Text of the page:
When I was a kid I loved to ride my bike. My first bike was a red tricycle with a white seat and it was awesome. Then I had a pink bike with a basket and streamers and clickers on the spokes. I thought I was pretty cool. That was the end of me owning my own bikes though.
After that all my bikes were inherited from adult family members. I started my no training wheel adventures on a banana seat bicycle my mom passed onto me from her childhood days. We even added pegs on the back wheels so we could ride two in the seat, one on the wheels, and when adventurous another one on the handlebars.
In grade school I rode an old brown bike with orange handle bars that I got from behind my grandmother's shed. It was the ugliest thing ever and the only thing that made it worse was the neon yellow helmet I had to wear to make me "highly visible" after my mom helped out at the scene of an accident where a young boy on a bike was hit by a car at the end of my cul de sac. That bike had three gears and was a little clunky, but it still got me home on school lunch breaks to swim in hot weather before I had to boot it back to class while eating on the go.
My next bike was a shared bike between me and my mom. It was her teenage years bike. White with ram horn style handlebars. It had lots of gears and I remember feeling proud of myself for mastering her bike because I could not touch the ground when I rode it since it was set for her height and not mine.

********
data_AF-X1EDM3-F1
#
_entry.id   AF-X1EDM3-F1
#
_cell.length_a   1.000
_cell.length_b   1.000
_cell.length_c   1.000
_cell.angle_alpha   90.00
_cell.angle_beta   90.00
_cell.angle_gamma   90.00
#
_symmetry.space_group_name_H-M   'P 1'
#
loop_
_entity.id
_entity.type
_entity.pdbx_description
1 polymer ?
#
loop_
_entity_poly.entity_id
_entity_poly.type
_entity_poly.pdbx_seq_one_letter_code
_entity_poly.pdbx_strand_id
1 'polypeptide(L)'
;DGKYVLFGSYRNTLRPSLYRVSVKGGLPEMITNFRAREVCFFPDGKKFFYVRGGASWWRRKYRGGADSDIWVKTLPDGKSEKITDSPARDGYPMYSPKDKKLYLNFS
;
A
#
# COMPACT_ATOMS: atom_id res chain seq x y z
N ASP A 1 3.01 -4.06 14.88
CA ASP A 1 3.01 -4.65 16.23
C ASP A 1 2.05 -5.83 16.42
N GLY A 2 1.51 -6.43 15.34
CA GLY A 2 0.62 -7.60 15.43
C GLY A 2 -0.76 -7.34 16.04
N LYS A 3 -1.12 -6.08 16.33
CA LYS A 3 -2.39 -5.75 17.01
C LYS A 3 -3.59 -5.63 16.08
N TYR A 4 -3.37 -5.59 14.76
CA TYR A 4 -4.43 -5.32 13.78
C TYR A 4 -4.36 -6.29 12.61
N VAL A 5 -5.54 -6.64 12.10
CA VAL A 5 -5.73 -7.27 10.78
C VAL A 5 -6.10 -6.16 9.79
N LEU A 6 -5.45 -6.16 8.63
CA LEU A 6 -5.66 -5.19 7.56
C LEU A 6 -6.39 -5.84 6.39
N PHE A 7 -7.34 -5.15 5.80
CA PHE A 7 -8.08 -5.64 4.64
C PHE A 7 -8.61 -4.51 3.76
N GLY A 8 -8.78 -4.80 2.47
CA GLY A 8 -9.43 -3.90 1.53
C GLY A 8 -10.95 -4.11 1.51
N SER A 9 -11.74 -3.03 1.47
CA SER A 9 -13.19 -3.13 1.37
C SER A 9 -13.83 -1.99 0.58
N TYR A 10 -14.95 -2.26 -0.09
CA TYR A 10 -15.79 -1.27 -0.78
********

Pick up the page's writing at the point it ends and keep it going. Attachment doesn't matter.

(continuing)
Eventually my dad decided that he could part with his bike because he had not taken it out of the garage in many years and giving it to me would mean my mom, brother, and I could all ride together. It was the first bike since my pink one with streamers that I truly liked because it was royal blue and had 18 speeds. The only problem was it was a boy's bike which didn't matter to me, but my friends thought it was strange. I rode this bike right through university.
The first bike I bought was when I met Chris. He convinced me to get a mountain bike because that is what he loves riding and we were going to ride together. I had only owned road bikes before that, but I went along with his suggestion. I like my bike, but I'm not convinced that mountain bikes are for me. I have a really hard time adjusting to the fact that I have to lean down onto my handlebars rather than ride sitting upright because my other bikes all had raised handlebars.
That was a much lengthier recap about my cycling ownership history than I thought it would be. The whole point was to get to this part which is cycling like I've never cycled before...literally. Chris rode my bike a few times while his bike was in the shop. He was surprised to see how low my seat was. I have been riding it so I can touch the ground flat foot on both sides. Apparently this is incorrect cycling positioning. He raised my seat and I teetered on my tip toes, especially on our sloped driveway, and then he sent me out cycling. Oh...my...goodness! It was sooooo much easier to peddle. I actually topped out on my gear speeds at one point (a first!) and I made it up all the hills on my bike rides two days in a row!!! That folks means I met one of my goals highlighted on the right-hand side of my blog. Yeah me! And, thanks to Chris.